Manure a hazardous waste?

Does EPA want to turn farms and ranches into Superfund sites?

As reported by Environment and Energy Daily,

Missouri Rep. Billy Long (R) [has introduced a bill to] stop EPA from classifying livestock manure as a hazardous substance for its Superfund cleanup program. Long says such a move is an effort by environmental “extremists” to target and regulate modern livestock operations.

While the Obama EPA denies that it wants to turn farms into Superfund sites,

The legislation seeks to address controversy surrounding concentrated animal feeding operations, or CAFOs, and the manure they produce. President George W. Bush’s EPA crafted a rule in 2008 that exempted CAFOs from reporting requirements under the Comprehensive Environmental Response Compensation and Liability Act (CERCLA) — which established the Superfund cleanup program.

Environmentalists challenged that exemption in court and have strongly encouraged President Obama’s EPA to scrap the exemption for CAFOs. EPA is currently drafting a replacement to the Bush-era policy and if the agency removes the exemption, farms would have to report emissions for several pollutants, including ammonia and hydrogen sulfide, if they exceed threshold limits.

Therein lies the rub. Long and Republicans say that could lead to limiting the use of manure as organic fertilizer — a practice that is becoming common on farms. They also say it could lead to a farmer who uses manure as fertilizer being held liable for millions of dollars in violations.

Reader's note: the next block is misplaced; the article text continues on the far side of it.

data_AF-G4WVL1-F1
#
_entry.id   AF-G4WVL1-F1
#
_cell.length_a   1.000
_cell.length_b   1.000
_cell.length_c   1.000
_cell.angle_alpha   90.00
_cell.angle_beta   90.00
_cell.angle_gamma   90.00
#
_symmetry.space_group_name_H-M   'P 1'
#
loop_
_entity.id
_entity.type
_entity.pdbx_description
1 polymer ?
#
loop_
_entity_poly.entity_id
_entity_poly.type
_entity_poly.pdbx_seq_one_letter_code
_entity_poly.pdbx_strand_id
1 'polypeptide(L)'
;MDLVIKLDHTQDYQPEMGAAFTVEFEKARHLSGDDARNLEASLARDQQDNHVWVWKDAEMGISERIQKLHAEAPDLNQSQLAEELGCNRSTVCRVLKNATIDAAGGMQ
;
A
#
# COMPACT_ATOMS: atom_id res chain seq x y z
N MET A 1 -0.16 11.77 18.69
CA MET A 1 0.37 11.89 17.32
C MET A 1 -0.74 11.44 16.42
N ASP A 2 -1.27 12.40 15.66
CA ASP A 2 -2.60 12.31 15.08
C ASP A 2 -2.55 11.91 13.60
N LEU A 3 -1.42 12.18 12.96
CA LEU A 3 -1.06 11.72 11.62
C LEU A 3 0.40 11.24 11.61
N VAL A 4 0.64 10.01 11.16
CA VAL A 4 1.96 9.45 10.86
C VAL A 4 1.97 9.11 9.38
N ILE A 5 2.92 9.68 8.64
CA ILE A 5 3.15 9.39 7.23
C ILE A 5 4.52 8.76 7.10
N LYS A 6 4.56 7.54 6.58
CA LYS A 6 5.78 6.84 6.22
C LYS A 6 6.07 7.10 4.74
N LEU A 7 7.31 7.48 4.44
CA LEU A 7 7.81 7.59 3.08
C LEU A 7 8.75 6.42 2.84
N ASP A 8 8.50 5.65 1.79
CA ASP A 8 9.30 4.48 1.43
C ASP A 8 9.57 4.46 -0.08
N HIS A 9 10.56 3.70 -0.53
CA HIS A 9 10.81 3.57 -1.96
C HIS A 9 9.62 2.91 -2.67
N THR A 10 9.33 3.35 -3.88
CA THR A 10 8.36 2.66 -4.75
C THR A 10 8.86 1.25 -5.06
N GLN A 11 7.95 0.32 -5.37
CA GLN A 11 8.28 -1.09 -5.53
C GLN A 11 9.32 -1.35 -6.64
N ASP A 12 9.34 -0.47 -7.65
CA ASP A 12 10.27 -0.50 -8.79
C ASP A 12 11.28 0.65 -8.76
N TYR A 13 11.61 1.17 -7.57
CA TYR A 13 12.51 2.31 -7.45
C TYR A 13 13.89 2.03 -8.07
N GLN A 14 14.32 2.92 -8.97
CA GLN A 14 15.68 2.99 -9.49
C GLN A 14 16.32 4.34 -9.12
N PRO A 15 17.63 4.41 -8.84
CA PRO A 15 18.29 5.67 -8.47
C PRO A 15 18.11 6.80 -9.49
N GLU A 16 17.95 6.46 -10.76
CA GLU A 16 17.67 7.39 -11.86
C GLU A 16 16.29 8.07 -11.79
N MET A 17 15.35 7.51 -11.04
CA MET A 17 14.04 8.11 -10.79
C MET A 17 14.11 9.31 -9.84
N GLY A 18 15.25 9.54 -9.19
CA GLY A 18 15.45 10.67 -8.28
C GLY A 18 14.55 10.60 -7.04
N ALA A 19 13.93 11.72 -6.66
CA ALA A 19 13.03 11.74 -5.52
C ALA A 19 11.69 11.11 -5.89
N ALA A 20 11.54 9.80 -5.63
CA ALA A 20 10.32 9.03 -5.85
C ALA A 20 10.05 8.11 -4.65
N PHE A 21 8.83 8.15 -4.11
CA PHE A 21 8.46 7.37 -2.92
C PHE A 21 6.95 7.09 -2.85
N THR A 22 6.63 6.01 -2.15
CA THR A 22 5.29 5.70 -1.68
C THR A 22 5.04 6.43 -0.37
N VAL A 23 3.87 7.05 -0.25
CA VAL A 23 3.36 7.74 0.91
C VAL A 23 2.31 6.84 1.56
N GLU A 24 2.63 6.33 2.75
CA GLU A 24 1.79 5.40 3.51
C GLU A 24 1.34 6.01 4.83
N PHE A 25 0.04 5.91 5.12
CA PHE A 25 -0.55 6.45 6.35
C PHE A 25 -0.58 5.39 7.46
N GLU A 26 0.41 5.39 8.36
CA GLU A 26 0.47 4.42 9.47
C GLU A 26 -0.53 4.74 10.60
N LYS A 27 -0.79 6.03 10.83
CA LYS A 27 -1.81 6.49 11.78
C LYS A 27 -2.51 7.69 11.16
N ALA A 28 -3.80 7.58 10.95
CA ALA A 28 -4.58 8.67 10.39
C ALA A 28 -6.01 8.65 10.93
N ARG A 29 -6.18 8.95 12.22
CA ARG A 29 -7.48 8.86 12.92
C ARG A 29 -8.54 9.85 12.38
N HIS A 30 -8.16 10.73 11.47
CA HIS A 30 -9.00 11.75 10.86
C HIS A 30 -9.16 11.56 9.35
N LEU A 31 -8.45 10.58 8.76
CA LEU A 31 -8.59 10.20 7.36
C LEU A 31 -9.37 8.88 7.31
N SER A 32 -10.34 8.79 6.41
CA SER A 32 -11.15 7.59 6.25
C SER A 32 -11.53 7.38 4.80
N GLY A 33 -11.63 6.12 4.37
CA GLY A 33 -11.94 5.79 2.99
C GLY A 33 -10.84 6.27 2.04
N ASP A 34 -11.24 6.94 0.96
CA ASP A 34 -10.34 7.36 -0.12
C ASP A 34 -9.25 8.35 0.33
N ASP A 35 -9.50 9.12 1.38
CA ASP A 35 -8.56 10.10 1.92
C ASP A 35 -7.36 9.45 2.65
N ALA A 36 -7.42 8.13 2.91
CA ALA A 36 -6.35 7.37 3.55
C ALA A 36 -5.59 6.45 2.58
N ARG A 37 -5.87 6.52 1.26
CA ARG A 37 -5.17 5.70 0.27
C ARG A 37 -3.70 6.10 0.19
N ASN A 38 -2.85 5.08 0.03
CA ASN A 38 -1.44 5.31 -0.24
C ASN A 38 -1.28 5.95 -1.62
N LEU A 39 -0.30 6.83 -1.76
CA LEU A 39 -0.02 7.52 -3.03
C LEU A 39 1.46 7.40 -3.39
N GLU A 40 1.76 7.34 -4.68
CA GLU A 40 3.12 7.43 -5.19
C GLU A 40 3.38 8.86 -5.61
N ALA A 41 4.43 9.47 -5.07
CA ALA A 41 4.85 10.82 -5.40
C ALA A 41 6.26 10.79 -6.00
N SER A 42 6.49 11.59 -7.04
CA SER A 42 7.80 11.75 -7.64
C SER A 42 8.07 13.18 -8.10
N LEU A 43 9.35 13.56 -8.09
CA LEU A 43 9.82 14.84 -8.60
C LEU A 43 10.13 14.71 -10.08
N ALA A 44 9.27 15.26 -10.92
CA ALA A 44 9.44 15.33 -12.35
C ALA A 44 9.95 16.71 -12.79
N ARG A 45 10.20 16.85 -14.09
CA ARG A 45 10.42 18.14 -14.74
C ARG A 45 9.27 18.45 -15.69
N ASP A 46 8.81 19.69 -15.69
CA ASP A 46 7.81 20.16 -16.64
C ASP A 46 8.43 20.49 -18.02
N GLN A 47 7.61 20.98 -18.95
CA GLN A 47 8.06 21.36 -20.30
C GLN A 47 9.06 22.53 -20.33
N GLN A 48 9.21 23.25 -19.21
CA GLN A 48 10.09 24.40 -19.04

“It doesn’t make any sense to lump tens of thousands of farms and livestock producers under the same severe liability provisions that apply to the nearly 1,300 federal Superfund toxic waste sites,” Long said when he introduced the bill.

The EPA says,

If a facility stores large amounts of manure, the facility could emit significant amounts of ammonia. If that quantity exceeds a certain threshold under CERCLA, the farm would have to report it. EPA was careful to emphasize, though, that does not mean the farm would have to stop using the manure or reduce the emissions — only report them.

And we’re supposed to believe the EPA because it has a track record of truth-telling and regulatory restraint?

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10 responses to “Manure a hazardous waste?

  1. This proposed ruling points out the growing schism that exists between town and country in the United States. In one case a town near me outlawed spreading manure on fields because of its odor. The local farmers delivered several truckloads of manure that they dumped in front of the doors of town hall; the law was repealed.

  2. While I would like to put the emissions in perspective (if my estimates and half-baked guesses are correct, the Texas cattle industry produces 2-5 times the air pollutants of the Texas Oil industry), there is no viable method of controlling emissions from manure. If it cannot be controlled, you are wasting your time measuring it.